Marketing/Advertising

It’s Not You, It’s Me | When It’s Time to Move On

I will tell you it’s not you, but in the end, it might be you. Sometimes, in the workplace, you have to be the bigger person and determine when it’s time to move on, after all, nothing lasts forever. This isn’t an easy thing to decide, nor one to be taken lightly, but it’s something so many in their early-thirties start contemplating. This is the prime time for growth, salary increases, and setting the tone for the rest of your career.

New job. New relationship. New start.
New job. New relationship. New start.

If you are having more days than not that involve wanting to bang your head against a desk, or breathing into a brown paper bag (or hell, drinking from one), it may be time to spruce up your resume and start networking like a fiend again.

Wondering how to get back in the game?

  1. Present your best self(ie). If you can splurge on some brand name purse, you can afford to take professional headshots. Hire someone. Find the right outfit, and make your LinkedIn profile visually appealing – but also representative of you and your industry. If you are in the creative field, it’s okay to dress the way you would in the office. If you are corporate, stick with a suit and solid colors.
  2. Write like a copywriter. Stop with the generic resumes. Revamp it. If you work in a creative field, hire a creative to rework/layout your resume. It’s the best $250 you can spend. Make sure to list your accomplishments, actual corporate growth as a result of your efforts, and industry awards or accolades. Make your work history work for you. Don’t exaggerate unless you can speak to it during an interview – comfortably.
  3. Get out there. Networking sucks. But it can be fun if you don’t try too hard. Start going out more, start asking people where they work, attend your professional organizations events (Ad Club, American Marketing Association, PRSA, you name it – your career field has them). Your friends and networks are probably very happy to help you, especially if you would be willing to help them or have in the past. Let people know that you are gainfully employed, but starting to look at what else is out there.
  4. Stay calm and collected. One of my most influential and intriguing colleagues, is ironically a few years younger, and one of the most calm and collected, confident and assertive people I know. We met recently and prior to even sipping my beer, he said ‘can I offer you some career advice? You always lose your shit and get so anxious about things – just relax. Breathe. Let it go and then react if you actually need to.’ I so badly wanted to punch him, but the worst part was that I knew he was 100% right. This advice is true in the thick of your career, but especially important as things get tough and you get wandering eyes. DON’T LOSE YOUR MIND (in public).
  5. Develop coping mechanisms until you make your exit. Per my fourth suggestion, days may challenge you in ways you aren’t ready to deal with. If things are changing faster than you can get a grip on, and so much is beyond your control, take breaks during your day. Spend five minutes and go on a walk. Call someone. Reorganize your spotify playlists. Snap someone that gets you. Laugh. Do something. But don’t sit and get fuming mad. This backfires.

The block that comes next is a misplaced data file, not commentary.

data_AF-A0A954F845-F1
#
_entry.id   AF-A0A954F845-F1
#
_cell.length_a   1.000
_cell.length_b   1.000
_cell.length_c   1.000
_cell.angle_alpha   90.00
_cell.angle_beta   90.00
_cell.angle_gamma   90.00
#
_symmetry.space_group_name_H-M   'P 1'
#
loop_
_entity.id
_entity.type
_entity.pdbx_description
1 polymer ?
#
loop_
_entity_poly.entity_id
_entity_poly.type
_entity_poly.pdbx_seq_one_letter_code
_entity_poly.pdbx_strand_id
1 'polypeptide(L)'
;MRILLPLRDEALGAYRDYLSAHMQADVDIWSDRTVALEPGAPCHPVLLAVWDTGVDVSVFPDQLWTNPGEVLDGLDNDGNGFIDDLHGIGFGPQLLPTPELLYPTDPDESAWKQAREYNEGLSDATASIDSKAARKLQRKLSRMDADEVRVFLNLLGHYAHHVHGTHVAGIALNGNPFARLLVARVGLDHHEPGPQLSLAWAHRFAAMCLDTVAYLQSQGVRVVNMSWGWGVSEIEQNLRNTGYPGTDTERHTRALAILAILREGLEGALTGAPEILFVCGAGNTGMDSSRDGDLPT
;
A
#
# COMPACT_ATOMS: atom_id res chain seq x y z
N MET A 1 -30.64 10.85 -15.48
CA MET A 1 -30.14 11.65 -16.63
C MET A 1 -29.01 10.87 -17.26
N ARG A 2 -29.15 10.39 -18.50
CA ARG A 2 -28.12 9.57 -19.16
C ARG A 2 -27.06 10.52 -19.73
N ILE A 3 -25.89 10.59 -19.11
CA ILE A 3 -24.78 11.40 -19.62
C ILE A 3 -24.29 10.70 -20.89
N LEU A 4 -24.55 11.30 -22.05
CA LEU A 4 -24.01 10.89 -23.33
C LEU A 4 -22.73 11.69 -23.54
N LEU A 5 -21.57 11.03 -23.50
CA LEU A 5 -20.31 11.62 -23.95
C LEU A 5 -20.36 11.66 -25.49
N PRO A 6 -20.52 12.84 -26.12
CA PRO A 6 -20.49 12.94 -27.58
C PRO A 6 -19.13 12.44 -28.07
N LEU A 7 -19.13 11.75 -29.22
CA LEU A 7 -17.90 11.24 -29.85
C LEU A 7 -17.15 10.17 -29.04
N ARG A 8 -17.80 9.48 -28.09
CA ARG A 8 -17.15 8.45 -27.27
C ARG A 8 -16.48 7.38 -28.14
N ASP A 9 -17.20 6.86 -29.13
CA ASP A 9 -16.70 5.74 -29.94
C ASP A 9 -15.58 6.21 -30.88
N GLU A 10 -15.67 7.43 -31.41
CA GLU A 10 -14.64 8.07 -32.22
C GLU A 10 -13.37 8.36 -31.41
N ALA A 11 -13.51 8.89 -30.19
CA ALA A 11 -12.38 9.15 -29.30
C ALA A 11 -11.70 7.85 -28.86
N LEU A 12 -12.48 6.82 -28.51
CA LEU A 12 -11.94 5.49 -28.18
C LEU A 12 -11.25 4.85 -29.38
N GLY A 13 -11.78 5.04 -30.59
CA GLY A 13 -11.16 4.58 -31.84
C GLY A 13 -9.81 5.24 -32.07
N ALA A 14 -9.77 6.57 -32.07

6. Trust no one. Well, except maybe a select few. Leaving a job is something that should be carefully mapped out, especially your exit strategy. No one wants to leave because the entire company already thinks you are on the way out. Or HR says, ‘we heard you aren’t happy here and want to help you out.’ Slow your roll a bit, and count to ten (yes, seriously) before feeling the need to vent or tell someone you aren’t thrilled. It will come back to bite you in the ass. Practice your professionalism – even if it’s the hardest thing you have to do.
  7. Stick to your guns. When you finally decide it’s time for a change, don’t let anyone but your gut make that decision for you. Decide why you are leaving – is it money? Lack of growth? Challenges with employees or the way teams are structured? Clients? Or do you want tif-in-doubt-begino try something completely new? In many of these cases, you simply have to move on. But, if you go put your notice in, and your current company decides to throw money at you, make sure you aren’t emotionally influenced with what to do. You started looking for a reason. Don’t forget it.
  8. Give them a reason to miss you. Relationships and work are two in the same. There are many days where I want to be like – ‘oh, yeah, well f you, f you, and F YOU.” But, again, back to #4. It’s totally insane and opposite of why a company or person made you become so loyal, grow together, fall in love, and learn so much – even if you’ve fallen out of love. When you ‘breakup’ with your company, make it so they are devastated to see you go, that they will continue to think about you, and wonder what they could have done to keep you. They may never know, or they might – but leave it for a tasteful exit interview.